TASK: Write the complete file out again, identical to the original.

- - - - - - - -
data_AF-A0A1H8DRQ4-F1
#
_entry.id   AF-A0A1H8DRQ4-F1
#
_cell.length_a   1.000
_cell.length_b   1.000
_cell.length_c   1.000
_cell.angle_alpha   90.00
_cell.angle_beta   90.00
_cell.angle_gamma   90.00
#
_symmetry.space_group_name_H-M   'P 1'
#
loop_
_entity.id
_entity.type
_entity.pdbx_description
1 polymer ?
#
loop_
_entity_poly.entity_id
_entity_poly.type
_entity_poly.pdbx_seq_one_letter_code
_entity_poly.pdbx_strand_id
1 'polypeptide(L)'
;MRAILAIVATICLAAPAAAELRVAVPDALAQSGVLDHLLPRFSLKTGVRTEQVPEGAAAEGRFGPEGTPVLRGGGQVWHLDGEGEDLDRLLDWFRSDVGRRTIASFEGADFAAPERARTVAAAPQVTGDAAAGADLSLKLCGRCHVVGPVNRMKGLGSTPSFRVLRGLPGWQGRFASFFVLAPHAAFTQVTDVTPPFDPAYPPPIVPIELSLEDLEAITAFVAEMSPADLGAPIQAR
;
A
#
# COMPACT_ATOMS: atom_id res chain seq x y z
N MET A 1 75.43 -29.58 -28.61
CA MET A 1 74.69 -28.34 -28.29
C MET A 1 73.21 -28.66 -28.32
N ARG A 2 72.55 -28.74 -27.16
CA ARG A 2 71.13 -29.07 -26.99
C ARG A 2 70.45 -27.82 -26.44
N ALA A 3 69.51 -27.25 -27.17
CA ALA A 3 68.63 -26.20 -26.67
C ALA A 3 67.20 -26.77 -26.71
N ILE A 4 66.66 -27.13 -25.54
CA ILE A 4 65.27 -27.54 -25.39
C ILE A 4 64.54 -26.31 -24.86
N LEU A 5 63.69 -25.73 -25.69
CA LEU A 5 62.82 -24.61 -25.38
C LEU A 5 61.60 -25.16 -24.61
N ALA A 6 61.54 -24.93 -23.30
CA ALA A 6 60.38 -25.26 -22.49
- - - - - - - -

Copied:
data_AF-A0A1H8DRQ4-F1
#
_entry.id   AF-A0A1H8DRQ4-F1
#
_cell.length_a   1.000
_cell.length_b   1.000
_cell.length_c   1.000
_cell.angle_alpha   90.00
_cell.angle_beta   90.00
_cell.angle_gamma   90.00
#
_symmetry.space_group_name_H-M   'P 1'
#
loop_
_entity.id
_entity.type
_entity.pdbx_description
1 polymer ?
#
loop_
_entity_poly.entity_id
_entity_poly.type
_entity_poly.pdbx_seq_one_letter_code
_entity_poly.pdbx_strand_id
1 'polypeptide(L)'
;MRAILAIVATICLAAPAAAELRVAVPDALAQSGVLDHLLPRFSLKTGVRTEQVPEGAAAEGRFGPEGTPVLRGGGQVWHLDGEGEDLDRLLDWFRSDVGRRTIASFEGADFAAPERARTVAAAPQVTGDAAAGADLSLKLCGRCHVVGPVNRMKGLGSTPSFRVLRGLPGWQGRFASFFVLAPHAAFTQVTDVTPPFDPAYPPPIVPIELSLEDLEAITAFVAEMSPADLGAPIQAR
;
A
#
# COMPACT_ATOMS: atom_id res chain seq x y z
N MET A 1 75.43 -29.58 -28.61
CA MET A 1 74.69 -28.34 -28.29
C MET A 1 73.21 -28.66 -28.32
N ARG A 2 72.55 -28.74 -27.16
CA ARG A 2 71.13 -29.07 -26.99
C ARG A 2 70.45 -27.82 -26.44
N ALA A 3 69.51 -27.25 -27.17
CA ALA A 3 68.63 -26.20 -26.67
C ALA A 3 67.20 -26.77 -26.71
N ILE A 4 66.66 -27.13 -25.54
CA ILE A 4 65.27 -27.54 -25.39
C ILE A 4 64.54 -26.31 -24.86
N LEU A 5 63.69 -25.73 -25.69
CA LEU A 5 62.82 -24.61 -25.38
C LEU A 5 61.60 -25.16 -24.61
N ALA A 6 61.54 -24.93 -23.30
CA ALA A 6 60.38 -25.26 -22.49